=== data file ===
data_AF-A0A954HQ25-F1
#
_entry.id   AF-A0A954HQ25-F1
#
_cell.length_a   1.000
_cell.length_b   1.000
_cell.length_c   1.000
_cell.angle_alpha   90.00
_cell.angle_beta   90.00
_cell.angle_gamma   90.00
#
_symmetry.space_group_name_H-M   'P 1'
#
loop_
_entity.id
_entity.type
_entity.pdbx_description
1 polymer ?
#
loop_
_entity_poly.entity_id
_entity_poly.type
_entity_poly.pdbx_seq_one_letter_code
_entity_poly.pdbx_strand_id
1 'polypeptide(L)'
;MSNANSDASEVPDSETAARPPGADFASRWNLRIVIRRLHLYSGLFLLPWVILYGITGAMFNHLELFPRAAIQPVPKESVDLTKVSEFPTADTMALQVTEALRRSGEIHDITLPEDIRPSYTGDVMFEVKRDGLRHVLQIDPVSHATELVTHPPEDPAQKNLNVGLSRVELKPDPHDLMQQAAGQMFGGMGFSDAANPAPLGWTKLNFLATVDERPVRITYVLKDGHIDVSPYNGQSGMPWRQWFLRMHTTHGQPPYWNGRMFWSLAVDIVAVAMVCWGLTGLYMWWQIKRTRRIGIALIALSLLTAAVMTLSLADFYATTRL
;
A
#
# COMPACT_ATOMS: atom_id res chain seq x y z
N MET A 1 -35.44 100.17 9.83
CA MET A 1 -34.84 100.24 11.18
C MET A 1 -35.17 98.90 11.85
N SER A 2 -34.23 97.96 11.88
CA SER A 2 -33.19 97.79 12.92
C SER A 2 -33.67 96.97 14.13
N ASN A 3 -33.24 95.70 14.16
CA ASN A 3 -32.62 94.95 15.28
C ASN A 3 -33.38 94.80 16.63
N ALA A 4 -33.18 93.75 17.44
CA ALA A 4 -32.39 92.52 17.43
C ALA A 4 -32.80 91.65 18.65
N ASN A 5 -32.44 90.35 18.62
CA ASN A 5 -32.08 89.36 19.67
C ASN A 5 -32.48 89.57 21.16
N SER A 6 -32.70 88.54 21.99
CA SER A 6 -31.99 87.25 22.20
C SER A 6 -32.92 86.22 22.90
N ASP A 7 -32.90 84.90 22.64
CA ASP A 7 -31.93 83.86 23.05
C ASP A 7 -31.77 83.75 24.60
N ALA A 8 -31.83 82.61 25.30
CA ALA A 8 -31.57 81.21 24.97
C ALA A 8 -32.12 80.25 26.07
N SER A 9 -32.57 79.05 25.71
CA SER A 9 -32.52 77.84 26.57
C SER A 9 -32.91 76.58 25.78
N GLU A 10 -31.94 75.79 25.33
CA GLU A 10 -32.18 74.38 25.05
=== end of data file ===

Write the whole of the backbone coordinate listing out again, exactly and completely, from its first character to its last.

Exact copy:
data_AF-A0A954HQ25-F1
#
_entry.id   AF-A0A954HQ25-F1
#
_cell.length_a   1.000
_cell.length_b   1.000
_cell.length_c   1.000
_cell.angle_alpha   90.00
_cell.angle_beta   90.00
_cell.angle_gamma   90.00
#
_symmetry.space_group_name_H-M   'P 1'
#
loop_
_entity.id
_entity.type
_entity.pdbx_description
1 polymer ?
#
loop_
_entity_poly.entity_id
_entity_poly.type
_entity_poly.pdbx_seq_one_letter_code
_entity_poly.pdbx_strand_id
1 'polypeptide(L)'
;MSNANSDASEVPDSETAARPPGADFASRWNLRIVIRRLHLYSGLFLLPWVILYGITGAMFNHLELFPRAAIQPVPKESVDLTKVSEFPTADTMALQVTEALRRSGEIHDITLPEDIRPSYTGDVMFEVKRDGLRHVLQIDPVSHATELVTHPPEDPAQKNLNVGLSRVELKPDPHDLMQQAAGQMFGGMGFSDAANPAPLGWTKLNFLATVDERPVRITYVLKDGHIDVSPYNGQSGMPWRQWFLRMHTTHGQPPYWNGRMFWSLAVDIVAVAMVCWGLTGLYMWWQIKRTRRIGIALIALSLLTAAVMTLSLADFYATTRL
;
A
#
# COMPACT_ATOMS: atom_id res chain seq x y z
N MET A 1 -35.44 100.17 9.83
CA MET A 1 -34.84 100.24 11.18
C MET A 1 -35.17 98.90 11.85
N SER A 2 -34.23 97.96 11.88
CA SER A 2 -33.19 97.79 12.92
C SER A 2 -33.67 96.97 14.13
N ASN A 3 -33.24 95.70 14.16
CA ASN A 3 -32.62 94.95 15.28
C ASN A 3 -33.38 94.80 16.63
N ALA A 4 -33.18 93.75 17.44
CA ALA A 4 -32.39 92.52 17.43
C ALA A 4 -32.80 91.65 18.65
N ASN A 5 -32.44 90.35 18.62
CA ASN A 5 -32.08 89.36 19.67
C ASN A 5 -32.48 89.57 21.16
N SER A 6 -32.70 88.54 21.99
CA SER A 6 -31.99 87.25 22.20
C SER A 6 -32.92 86.22 22.90
N ASP A 7 -32.90 84.90 22.64
CA ASP A 7 -31.93 83.86 23.05
C ASP A 7 -31.77 83.75 24.60
N ALA A 8 -31.83 82.61 25.30
CA ALA A 8 -31.57 81.21 24.97
C ALA A 8 -32.12 80.25 26.07
N SER A 9 -32.57 79.05 25.71
CA SER A 9 -32.52 77.84 26.57
C SER A 9 -32.91 76.58 25.78
N GLU A 10 -31.94 75.79 25.33
CA GLU A 10 -32.18 74.38 25.05